According to reports, jazz and R&B composer, producer and arranger Quincy Jones, 82, will receive the Herbie Hancock Humanitarian Award for his humanitarian work through musical recordings for African famine relief and Superstorm Sandy.
The news was announced by The Thelonious Monk Institute of Jazz.
This is not the first time the Chicago native was recognized for his humanitarian efforts. In 1995, he received the Jean Hershel Humanitarian Award; he also served as producer and conductor of the charity song, “We Are The World,” recorded in 1985.
In an illustrious career that has spanned decades and included TV, film, music and publishing, Jones has been an in-demand musical arranger, composer, conductor, producer, musician and film producer. Recently, Time magazine named him one of the most influential jazz musicians of the 20th century.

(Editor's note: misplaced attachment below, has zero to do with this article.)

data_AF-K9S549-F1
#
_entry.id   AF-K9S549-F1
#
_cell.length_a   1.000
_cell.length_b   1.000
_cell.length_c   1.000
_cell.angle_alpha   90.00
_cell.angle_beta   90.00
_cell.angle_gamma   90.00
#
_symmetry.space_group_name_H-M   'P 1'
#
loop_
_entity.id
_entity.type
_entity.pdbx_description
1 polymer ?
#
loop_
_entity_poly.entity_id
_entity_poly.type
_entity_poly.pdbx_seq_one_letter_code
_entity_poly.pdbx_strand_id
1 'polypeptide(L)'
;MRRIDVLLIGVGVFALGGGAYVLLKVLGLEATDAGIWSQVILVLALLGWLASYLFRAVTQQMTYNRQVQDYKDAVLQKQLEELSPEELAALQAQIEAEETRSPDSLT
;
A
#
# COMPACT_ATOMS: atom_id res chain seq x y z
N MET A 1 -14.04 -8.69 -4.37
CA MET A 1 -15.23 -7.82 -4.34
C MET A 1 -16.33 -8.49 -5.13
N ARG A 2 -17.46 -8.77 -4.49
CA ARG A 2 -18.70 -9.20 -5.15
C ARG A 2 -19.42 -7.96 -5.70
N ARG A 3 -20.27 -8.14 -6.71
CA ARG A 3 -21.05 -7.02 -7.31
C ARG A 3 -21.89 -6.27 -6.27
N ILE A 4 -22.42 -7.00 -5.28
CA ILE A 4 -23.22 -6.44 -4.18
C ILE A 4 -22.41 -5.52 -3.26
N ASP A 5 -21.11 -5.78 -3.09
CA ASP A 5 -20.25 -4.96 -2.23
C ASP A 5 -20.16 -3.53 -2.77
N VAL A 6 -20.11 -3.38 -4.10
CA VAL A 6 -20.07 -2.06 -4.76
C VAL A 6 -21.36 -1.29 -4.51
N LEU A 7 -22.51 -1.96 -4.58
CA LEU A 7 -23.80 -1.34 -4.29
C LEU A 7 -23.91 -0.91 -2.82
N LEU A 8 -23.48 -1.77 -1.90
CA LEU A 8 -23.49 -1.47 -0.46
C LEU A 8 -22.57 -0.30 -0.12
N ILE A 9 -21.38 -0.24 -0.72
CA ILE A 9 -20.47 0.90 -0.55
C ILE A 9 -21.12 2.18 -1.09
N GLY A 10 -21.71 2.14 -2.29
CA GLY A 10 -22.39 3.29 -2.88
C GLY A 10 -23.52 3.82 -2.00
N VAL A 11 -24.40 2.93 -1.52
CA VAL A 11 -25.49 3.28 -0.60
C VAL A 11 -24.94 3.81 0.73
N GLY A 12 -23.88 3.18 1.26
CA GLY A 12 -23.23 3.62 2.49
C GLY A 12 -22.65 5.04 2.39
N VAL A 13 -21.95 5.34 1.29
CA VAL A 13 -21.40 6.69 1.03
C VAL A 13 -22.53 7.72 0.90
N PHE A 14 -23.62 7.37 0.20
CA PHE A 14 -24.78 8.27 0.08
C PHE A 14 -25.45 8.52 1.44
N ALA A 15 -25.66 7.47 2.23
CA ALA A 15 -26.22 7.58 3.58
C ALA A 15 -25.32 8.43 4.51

In 1993, the 27 time Grammy Award-winning Jones spun his love for music into a media venture when he launched Vibe, a music and entertainment magazine, which left its indelible mark on the R&B and hip-hop community for years to come.
Aside from his stellar musical production on legendary albums such as Michael Jackson’s Off the Wall and Thriller, Jones is credited with writing theme songs and musical scores for numerous films and television shows such Roots, Sanford & Son, For Love of Ivy, The Color Purple, In the Heat of the Night and many more. For his film and television production work, he was nominated for an Academy Award. And he is credited with being the first African-American person to serve as musical director and conductor for the Academy Awards which he did in 1971.
The ceremony will take place next month in Los Angeles.